- Health policy
- Health economics
- Public Health
Data availability statement
Data are available upon reasonable request. Data requests to be made to the corresponding author.
This is an open access article distributed in accordance with the Creative Commons Attribution Non Commercial (CC BY-NC 4.0) license, which permits others to distribute, remix, adapt, build upon this work non-commercially, and license their derivative works on different terms, provided the original work is properly cited, appropriate credit is given, any changes made indicated, and the use is non-commercial. See: http://creativecommons.org/licenses/by-nc/4.0/.
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WHAT IS ALREADY KNOWN ON THIS TOPIC
The prevalence of overweight and obesity is rising rapidly around the world, leading to increases in non-communicable diseases along with high treatment costs and early mortality.
We previously identified dozens of studies on the economic impacts of overweight and obesity; however, most estimates are from high-income countries and use a health system perspective.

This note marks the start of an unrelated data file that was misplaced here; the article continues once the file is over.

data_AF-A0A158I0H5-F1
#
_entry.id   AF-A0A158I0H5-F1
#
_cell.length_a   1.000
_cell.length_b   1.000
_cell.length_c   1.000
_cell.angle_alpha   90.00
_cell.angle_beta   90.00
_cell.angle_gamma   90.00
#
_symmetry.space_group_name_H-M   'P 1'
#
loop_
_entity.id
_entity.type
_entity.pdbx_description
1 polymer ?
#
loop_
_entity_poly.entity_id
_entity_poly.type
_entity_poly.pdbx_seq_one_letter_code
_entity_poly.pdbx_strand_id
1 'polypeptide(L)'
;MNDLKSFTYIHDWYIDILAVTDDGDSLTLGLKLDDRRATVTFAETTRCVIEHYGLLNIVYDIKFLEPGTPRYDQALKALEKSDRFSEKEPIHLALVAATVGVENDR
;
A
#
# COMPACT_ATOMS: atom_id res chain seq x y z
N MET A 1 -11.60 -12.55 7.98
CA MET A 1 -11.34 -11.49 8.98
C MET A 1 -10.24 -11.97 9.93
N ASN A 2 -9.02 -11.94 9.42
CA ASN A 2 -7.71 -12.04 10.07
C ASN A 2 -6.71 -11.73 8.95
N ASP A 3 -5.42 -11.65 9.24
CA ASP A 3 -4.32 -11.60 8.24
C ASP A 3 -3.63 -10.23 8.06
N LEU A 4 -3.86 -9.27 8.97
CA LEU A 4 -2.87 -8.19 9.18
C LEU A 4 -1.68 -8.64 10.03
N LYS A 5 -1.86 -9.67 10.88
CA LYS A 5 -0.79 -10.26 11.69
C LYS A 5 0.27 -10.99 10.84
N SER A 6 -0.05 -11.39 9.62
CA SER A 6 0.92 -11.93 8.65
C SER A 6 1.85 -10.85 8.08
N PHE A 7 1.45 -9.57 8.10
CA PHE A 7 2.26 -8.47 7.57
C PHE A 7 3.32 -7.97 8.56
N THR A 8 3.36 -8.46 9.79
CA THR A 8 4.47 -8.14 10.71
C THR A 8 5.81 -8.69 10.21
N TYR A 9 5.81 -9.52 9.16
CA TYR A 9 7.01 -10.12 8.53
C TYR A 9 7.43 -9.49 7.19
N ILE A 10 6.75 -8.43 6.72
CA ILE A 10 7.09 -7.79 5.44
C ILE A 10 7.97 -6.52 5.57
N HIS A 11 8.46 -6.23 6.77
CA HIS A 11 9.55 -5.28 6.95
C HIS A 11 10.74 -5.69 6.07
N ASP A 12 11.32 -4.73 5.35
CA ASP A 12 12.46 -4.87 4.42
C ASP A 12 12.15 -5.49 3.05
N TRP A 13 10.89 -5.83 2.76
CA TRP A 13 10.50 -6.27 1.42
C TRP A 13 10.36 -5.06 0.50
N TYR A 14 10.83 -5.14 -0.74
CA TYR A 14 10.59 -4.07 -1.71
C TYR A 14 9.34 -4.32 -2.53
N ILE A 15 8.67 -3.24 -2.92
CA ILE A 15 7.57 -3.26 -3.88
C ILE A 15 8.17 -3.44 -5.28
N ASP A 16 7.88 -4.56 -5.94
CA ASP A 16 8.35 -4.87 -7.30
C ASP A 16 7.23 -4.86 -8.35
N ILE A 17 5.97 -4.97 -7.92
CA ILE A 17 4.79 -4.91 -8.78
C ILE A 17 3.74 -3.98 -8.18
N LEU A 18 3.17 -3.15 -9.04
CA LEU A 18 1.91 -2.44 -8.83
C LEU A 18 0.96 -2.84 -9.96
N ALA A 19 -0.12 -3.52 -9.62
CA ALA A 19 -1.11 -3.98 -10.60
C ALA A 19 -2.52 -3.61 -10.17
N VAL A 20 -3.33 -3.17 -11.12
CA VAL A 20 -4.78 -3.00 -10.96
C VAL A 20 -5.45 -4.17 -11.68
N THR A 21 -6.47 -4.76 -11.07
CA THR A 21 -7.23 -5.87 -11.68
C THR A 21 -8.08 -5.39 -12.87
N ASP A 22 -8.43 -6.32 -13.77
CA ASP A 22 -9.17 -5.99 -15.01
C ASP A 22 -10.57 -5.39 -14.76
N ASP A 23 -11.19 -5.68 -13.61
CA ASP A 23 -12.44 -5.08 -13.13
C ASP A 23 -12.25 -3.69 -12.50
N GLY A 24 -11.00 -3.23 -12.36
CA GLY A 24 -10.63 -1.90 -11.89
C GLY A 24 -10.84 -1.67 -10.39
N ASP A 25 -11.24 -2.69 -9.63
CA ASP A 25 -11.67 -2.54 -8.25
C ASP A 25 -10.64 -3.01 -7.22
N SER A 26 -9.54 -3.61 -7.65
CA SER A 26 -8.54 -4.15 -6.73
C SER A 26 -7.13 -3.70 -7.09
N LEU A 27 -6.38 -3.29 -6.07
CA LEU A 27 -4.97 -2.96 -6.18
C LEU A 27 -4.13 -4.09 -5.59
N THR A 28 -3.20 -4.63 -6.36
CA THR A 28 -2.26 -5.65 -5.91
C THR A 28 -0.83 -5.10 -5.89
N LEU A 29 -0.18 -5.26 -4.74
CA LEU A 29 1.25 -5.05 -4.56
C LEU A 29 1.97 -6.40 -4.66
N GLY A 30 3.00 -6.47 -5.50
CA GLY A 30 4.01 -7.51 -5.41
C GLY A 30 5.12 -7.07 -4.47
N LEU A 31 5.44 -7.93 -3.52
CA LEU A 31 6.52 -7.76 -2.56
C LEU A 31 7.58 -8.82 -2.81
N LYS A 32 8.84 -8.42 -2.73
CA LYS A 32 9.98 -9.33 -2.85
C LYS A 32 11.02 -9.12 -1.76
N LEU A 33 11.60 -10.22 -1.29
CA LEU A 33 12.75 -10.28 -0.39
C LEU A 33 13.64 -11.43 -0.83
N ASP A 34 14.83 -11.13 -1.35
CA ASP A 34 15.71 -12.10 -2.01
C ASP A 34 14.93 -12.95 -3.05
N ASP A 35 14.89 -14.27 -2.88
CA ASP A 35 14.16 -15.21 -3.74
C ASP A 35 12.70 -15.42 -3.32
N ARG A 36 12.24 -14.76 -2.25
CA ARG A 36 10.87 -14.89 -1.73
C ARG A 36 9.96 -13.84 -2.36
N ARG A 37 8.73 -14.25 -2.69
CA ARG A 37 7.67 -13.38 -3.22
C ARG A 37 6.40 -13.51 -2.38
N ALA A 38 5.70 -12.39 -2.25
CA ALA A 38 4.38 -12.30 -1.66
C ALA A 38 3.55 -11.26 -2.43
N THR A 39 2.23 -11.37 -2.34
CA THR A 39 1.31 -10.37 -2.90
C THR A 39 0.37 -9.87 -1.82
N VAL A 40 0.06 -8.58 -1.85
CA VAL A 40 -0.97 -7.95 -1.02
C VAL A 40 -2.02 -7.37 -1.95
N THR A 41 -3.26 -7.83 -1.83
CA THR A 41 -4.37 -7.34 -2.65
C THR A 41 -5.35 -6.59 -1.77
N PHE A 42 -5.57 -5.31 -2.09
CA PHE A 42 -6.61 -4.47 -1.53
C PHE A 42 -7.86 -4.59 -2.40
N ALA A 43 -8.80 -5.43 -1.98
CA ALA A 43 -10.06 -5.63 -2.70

There are very few cross-country analyses and the existing country studies vary considerably in methodology, which makes it difficult to compare across countries.
WHAT THIS STUDY ADDS
This study provides the first country-specific global estimates of the economic impacts of overweight and obesity across heterogeneous contexts using a modelling framework with comparable and easily interpretable results.
The economic impact of overweight and obesity is significant across different geographic and economic contexts and is estimated to be an average of 2.19% of gross domestic product (GDP) across the 161 countries in the study.
If current trends continue, the economic impact is projected to rise to about 3.29% of projected GDP on average in 2060, with the biggest increase concentrated in lower resource countries.